The rally across Asia that welcomed in 2018 looked to have run out of steam on Wednesday with most markets slipping into the red on profit-taking, but Hong Kong rose for a 12th day as energy shares climbed.
Strong economic fundamentals and corporate earnings as well as optimism about the impact of Donald Trump's massive US tax cuts have helped fuel a global advance to record or multi-year highs.
However, some analysts say the surge has also been propelled by a fear of missing out, and with the next round of company reports about to kick off traders are taking a breather before making their next moves.
"You have to ask yourself what has changed really in these first six trading days of 2018, which has so materially driven prices higher?" said Greg McKenna, chief market strategist at AxiTrader.
"For me, the rally is starting to feed on itself, or people's fear of not participating in the upside, despite the fact that I also believe the global growth outlook and the impact of US tax cuts is a positive."
Tokyo ended 0.3 percent down, Sydney shed 0.6 percent, while Singapore gave up 0.2 percent and Seoul lost 0.4 percent. Wellington and Taipei each sank 0.8 percent.
However, Hong Kong continued its outstanding run by rising 0.2 percent -- a 12th successive gain that puts it less than 900 points off its record high of 31,958.41 hit in October 2007.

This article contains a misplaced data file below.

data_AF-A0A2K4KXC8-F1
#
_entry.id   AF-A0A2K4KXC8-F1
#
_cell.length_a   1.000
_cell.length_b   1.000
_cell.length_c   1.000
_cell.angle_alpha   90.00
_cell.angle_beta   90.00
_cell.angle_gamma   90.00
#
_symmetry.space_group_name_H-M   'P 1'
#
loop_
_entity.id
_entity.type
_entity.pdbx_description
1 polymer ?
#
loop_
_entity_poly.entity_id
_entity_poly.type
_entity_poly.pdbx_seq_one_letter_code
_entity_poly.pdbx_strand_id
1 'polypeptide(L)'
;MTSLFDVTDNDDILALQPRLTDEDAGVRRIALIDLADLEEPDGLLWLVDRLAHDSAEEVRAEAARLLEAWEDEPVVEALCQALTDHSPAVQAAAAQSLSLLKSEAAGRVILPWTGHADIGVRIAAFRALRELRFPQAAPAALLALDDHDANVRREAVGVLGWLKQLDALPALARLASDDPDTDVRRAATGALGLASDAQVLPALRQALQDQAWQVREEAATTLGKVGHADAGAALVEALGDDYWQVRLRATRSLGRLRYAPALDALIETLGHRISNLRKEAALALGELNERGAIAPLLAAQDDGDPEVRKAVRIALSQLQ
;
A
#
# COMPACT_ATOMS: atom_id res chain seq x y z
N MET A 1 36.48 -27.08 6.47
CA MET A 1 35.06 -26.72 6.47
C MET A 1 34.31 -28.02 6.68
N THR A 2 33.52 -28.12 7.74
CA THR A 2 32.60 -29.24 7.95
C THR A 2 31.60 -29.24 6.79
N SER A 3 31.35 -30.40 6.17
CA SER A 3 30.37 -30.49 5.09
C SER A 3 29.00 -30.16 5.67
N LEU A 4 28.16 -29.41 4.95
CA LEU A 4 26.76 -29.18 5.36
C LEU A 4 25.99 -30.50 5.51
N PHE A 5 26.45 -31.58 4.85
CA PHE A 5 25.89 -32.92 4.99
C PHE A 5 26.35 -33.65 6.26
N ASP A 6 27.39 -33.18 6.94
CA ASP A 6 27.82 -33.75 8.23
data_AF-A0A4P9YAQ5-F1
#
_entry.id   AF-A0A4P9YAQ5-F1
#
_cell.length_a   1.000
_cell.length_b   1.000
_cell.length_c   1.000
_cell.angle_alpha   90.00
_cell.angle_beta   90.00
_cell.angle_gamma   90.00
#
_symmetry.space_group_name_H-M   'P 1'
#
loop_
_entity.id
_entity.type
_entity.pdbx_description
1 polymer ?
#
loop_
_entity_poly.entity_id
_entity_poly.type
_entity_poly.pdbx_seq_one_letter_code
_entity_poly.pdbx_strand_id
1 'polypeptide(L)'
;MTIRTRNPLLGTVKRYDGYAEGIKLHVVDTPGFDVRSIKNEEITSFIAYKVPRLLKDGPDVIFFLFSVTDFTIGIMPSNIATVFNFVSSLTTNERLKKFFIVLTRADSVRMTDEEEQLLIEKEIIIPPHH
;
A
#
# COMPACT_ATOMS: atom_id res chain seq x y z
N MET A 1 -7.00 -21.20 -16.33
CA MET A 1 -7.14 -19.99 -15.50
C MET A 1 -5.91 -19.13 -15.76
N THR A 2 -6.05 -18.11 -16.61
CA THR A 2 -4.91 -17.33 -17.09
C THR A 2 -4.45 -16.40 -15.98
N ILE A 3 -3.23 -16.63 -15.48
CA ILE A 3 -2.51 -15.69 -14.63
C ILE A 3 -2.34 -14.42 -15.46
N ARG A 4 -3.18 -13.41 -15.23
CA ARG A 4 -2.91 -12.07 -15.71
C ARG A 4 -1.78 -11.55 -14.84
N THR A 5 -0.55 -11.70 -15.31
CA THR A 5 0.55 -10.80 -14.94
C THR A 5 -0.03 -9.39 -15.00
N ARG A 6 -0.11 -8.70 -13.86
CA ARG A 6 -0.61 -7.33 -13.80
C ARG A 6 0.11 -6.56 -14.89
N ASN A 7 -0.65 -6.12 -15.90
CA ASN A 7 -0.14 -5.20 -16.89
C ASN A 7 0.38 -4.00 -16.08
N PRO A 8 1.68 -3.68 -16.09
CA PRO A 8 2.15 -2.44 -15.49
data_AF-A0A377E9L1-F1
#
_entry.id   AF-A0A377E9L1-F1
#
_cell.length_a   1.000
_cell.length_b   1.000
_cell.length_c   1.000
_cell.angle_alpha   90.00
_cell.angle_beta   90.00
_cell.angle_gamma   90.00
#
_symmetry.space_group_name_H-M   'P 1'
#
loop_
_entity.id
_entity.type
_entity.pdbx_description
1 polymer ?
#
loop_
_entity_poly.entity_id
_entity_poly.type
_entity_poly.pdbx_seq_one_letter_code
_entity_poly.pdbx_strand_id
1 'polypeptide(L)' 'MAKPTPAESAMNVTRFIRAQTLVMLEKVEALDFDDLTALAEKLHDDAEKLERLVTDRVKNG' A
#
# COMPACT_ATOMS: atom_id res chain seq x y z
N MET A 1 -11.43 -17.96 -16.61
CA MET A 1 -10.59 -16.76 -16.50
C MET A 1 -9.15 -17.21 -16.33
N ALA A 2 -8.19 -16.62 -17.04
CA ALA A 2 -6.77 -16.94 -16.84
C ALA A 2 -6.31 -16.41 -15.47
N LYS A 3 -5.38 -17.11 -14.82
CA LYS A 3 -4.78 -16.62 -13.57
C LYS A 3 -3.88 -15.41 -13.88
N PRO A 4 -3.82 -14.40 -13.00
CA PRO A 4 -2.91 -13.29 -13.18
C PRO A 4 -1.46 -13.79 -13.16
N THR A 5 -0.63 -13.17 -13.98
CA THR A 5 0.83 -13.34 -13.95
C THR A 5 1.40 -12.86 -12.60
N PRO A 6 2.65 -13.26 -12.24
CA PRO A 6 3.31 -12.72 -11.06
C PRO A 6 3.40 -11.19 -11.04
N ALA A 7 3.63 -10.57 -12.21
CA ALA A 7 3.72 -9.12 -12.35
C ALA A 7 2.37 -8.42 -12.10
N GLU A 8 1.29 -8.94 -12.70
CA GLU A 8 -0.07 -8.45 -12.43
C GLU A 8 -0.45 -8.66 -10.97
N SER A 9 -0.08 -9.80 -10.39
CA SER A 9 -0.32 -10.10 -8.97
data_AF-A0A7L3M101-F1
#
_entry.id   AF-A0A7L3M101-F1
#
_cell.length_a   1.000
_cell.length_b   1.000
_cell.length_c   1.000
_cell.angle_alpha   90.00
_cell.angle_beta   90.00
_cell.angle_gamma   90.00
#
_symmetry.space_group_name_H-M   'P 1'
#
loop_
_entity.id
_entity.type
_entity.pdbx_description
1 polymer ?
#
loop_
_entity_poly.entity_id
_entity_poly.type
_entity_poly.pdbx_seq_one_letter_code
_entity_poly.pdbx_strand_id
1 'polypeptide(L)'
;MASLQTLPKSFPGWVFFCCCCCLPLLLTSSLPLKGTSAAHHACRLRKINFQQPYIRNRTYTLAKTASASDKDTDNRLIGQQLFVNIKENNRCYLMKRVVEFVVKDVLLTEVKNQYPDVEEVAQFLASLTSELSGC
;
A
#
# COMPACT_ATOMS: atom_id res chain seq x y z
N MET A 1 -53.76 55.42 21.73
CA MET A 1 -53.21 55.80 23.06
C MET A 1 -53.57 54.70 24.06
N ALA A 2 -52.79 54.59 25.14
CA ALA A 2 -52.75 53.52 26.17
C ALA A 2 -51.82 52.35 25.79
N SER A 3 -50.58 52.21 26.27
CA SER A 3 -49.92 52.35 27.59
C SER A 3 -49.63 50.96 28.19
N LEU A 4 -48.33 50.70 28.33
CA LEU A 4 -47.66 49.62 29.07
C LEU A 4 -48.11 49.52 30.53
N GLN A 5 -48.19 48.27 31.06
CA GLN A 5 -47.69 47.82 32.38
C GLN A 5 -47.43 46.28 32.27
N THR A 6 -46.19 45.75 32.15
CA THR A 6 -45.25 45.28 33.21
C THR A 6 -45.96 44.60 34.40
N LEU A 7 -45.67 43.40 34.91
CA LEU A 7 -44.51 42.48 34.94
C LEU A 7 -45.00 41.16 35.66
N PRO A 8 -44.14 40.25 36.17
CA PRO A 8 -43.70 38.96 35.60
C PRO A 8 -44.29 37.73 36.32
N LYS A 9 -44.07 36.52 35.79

Shanghai finished up 0.2 percent, a ninth straight advance.
Jonathan Slone, chief executive officer of CLSA, told Bloomberg TV that traders were in for some nail-biting months. "Markets will be higher at the end of next year than they are right now, in my opinion, but it's going to be a little volatile getting there," he said.
Despite the losses on broader markets, energy firms stood out as oil pushed higher.
Crude has more than doubled from its lows below $30 back in early 2016, supported by an output freeze deal between OPEC and Russia and, recently, tensions in the oil-rich Middle East.
Market-watchers say unrest in key producer Iran could dent the country's capacity, while others point out that any suppression of protests by Tehran could also lead Trump to reimpose export sanctions.
Both main oil contracts jumped more than one percent on Tuesday, also helped by data showing a huge drop in US stockpiles as a big freeze in the northeast fans demand for heating fuel.
That has helped petroleum-linked firms. In Hong Kong CNOOC, PetroChina and Sinopec were up between 0.7 and 1.3 percent on Wednesday while Inpex in Japan rose more than two percent.
The dollar weakened against the yen a day after the Bank of Japan said it would cut back on its purchasing of bonds as part of its huge stimulus programme.
While not massive, the move brings Japan into line with other central banks. The greenback has struggled in recent months on expectations central banks are beginning to tighten monetary policy, closing the gap with the Federal Reserve.
The dollar held up against the Chinese yuan after the central People's Bank of China made a technical tweak to its exchange mechanism that reduces some of its control over the unit.
The dollar bought 6.5278 yuan, compared with a low of 6.4975 on Tuesday, though it is still well down from the levels near 7.0 yuan seen around the beginning of last year.
The move raised fears the PBoC would depreciate the currency as it did in 2015, spurring a global market panic, though analysts pointed out the move was more technical.
"This policy shift is far from a repeat of the iron-fisted PBoC moves from yesteryear. But it does appear the central bank's not- so-invisible hand was at work curbing the rapid appreciation of the yuan," said Stephen Innes, head of Asia-pacific trading at OANDA.
In early European trade London was flat, Paris lost 0.1 percent and FrAankfurt rose 0.1 percent.